Do you like where you grew up?
I know next to nothing about farming. I dress completely inappropriately (lace skirts/ silk shirts) for family walks across the hills. Public transport is almost non-existent. I love it. Growing up in a rural area allowed me a childhood of climbing trees, den building, fire-making and wading in streams. I also enjoy tramping around in wellies.
Most inspirational authors and poets?
This changes according to my mood and what I’ve read most recently. Constant favourites are: Angela Carter, Virginia Woolf, E.M. Forster, Laurie Lee, Roger Deakin, Owen Sheers, Patrick Leigh Fermor, Barbara Kingsolver, Louise Erdrich, Niall Williams, Margaret Atwood, Gabriel Garcia Marquez, George Eliot, Henry James, Daphne Du Maurier, Thomas Hardy, Hilary Mantel, Carol Ann Duffy, Sylvia Plath, Alice Oswald, Dylan Thomas, Elizabeth Jennings, Gerard Manley Hopkins, Ted Hughes, John Keats, Pat Barker, Charlotte and Emily Bronte, Tolstoy, JD Salinger, Alan Garner, Alice Munro, Jeanette Winterson, Margaret Mahy and Italo Calvino.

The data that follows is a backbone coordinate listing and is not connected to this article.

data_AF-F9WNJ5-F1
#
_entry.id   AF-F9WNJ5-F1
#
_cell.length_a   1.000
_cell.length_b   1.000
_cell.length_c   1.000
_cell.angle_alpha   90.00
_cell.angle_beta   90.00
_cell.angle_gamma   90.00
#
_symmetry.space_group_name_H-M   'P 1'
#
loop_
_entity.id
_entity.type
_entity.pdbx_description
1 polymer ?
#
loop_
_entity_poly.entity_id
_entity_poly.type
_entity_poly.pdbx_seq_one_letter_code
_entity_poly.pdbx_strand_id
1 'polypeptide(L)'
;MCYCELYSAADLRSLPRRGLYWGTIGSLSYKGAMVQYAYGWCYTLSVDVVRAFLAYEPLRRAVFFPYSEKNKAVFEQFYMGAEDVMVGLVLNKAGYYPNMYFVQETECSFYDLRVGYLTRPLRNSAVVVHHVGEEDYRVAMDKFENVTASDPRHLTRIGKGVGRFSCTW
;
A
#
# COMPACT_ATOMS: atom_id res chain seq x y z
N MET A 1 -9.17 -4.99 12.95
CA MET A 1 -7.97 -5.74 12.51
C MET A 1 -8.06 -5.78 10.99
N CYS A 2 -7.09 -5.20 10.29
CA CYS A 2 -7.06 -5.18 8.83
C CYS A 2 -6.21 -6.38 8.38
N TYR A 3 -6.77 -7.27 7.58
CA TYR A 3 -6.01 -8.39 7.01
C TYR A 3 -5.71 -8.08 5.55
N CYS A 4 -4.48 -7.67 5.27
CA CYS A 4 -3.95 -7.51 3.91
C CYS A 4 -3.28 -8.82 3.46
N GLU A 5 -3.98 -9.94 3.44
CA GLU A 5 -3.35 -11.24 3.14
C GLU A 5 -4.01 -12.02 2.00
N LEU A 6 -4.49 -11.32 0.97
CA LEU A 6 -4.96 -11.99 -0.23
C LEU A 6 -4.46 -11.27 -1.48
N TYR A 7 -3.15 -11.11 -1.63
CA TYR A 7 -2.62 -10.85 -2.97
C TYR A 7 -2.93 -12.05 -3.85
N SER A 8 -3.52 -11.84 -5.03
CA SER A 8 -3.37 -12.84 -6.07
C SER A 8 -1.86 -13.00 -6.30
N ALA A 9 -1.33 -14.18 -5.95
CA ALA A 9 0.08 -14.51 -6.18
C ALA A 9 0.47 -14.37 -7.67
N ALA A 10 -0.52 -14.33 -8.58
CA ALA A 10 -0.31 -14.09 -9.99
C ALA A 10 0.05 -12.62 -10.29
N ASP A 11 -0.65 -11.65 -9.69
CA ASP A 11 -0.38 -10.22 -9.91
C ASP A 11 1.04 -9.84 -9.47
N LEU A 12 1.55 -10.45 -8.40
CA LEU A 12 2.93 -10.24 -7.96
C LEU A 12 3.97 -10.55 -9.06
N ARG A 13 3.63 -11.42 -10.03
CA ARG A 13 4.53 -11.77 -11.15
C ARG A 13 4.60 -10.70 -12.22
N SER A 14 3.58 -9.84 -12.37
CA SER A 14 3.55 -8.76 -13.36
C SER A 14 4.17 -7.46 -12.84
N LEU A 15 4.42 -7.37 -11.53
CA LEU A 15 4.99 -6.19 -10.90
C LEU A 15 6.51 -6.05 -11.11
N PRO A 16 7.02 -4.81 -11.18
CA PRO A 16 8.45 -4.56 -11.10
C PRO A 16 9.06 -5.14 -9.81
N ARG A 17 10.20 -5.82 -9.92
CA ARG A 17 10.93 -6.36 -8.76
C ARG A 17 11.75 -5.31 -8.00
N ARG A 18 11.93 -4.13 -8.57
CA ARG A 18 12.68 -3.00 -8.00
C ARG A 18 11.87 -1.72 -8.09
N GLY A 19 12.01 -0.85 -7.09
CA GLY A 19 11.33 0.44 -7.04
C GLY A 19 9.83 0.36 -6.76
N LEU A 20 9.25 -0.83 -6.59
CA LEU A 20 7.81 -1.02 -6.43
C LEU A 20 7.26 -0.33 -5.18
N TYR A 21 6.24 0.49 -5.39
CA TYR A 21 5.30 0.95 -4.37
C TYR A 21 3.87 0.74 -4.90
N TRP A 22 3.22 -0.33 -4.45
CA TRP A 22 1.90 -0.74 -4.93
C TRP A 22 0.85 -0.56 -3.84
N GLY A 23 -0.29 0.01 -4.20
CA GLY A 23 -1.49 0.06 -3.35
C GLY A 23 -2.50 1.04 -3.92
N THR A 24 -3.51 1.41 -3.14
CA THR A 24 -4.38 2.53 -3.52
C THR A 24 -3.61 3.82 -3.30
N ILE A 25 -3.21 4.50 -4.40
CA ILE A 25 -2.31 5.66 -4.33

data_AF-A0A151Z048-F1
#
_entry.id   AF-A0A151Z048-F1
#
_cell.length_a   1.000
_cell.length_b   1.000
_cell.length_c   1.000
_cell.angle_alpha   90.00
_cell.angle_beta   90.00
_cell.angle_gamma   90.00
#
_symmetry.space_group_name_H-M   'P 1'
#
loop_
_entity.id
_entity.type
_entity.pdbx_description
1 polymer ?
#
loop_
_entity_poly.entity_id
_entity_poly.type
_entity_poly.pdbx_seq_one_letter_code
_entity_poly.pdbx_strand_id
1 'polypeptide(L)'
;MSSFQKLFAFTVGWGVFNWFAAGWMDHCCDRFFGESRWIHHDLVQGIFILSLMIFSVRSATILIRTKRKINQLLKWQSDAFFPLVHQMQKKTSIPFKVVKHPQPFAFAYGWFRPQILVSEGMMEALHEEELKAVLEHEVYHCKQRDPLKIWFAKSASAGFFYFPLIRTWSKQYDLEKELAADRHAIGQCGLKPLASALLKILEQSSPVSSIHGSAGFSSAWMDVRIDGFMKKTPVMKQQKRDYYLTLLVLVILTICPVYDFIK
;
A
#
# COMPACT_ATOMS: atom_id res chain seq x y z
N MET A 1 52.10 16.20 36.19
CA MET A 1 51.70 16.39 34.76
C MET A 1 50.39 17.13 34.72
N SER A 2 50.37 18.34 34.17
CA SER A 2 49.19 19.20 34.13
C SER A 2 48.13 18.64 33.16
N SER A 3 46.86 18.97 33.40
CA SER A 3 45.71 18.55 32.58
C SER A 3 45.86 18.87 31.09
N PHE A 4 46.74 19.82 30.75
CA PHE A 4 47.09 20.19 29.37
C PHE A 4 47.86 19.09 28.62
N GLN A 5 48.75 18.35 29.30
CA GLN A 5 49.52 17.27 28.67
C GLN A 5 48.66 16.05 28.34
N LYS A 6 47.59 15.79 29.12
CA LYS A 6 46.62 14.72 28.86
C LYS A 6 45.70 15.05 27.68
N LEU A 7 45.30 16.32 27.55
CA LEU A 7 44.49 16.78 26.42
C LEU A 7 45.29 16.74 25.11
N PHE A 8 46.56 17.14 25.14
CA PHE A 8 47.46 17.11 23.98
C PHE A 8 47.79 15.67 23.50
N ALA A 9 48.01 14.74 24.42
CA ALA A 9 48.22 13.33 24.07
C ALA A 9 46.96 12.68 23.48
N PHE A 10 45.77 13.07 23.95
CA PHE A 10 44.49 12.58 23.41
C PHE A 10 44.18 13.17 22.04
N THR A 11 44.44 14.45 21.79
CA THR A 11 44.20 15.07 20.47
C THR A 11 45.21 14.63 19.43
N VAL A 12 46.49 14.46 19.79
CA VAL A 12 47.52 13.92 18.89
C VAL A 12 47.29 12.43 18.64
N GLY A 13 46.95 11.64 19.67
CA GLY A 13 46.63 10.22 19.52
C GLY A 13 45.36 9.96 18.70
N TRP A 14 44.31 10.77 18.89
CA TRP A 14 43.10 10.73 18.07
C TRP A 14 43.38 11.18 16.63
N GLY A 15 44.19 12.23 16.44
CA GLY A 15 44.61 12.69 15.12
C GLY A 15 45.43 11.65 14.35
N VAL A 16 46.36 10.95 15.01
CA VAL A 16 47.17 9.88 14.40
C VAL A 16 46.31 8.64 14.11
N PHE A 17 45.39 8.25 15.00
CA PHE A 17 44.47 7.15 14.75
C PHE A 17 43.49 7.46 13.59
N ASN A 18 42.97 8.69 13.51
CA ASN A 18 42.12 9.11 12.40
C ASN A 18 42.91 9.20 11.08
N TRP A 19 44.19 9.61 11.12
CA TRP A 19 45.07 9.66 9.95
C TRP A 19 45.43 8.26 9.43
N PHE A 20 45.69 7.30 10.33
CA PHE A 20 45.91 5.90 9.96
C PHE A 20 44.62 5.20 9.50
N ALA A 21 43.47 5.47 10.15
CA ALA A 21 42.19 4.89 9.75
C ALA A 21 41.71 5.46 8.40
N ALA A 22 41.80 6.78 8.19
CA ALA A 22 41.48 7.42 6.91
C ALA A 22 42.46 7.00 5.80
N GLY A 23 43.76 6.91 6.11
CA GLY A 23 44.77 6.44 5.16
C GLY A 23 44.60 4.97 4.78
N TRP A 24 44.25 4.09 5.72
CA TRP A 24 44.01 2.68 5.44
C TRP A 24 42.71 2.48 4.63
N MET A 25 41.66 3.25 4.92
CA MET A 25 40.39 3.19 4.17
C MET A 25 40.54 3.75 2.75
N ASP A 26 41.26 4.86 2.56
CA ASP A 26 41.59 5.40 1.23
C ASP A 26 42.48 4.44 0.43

Most inspirational photographers?
Tim Walker, Richard Avedon, Irving Penn, Norman Parkinson, Ida Kar, Hoppe, Horste, Nick Knight, Clive Boursnell, Jane Bown, Sally Mann, Henri Cartier-Bresson, Lee Miller, Cecil Beaton, Man Ray, Esther Sapetbour, Rico Puhlman.
Who are your favourite current designers/ brands?
Corrie Nielsen, Mary Katrantzou, Vivienne Westwood, Orla Kiely, Erdem, Bora Aksu, Daks, Margaret Howell, Holly Fulton, Paul Smith, Alexander McQueen, Stella McCartney, Prada, Eley Kishimoto, Hussein Chayalan, Goodone, Beautiful Soul and Henrietta Ludgate.
Who are your iconic favourite designers?
Chanel, YSL, Dior, Mary Quant, Lanvin, Balenciaga, Madame Gres, Givenchy
How tall are you?
Do you model professionally?
I was first signed up by a London Agency at the age of thirteen after being scouted at the Clothes Show. Being a part time model led to some amazing experiences including a trip to Paris. However, I decided to leave that agency following my spinal fusion surgery in autumn 2010 – as, at that point I had no idea what my future would hold and my aspirations were in disarray.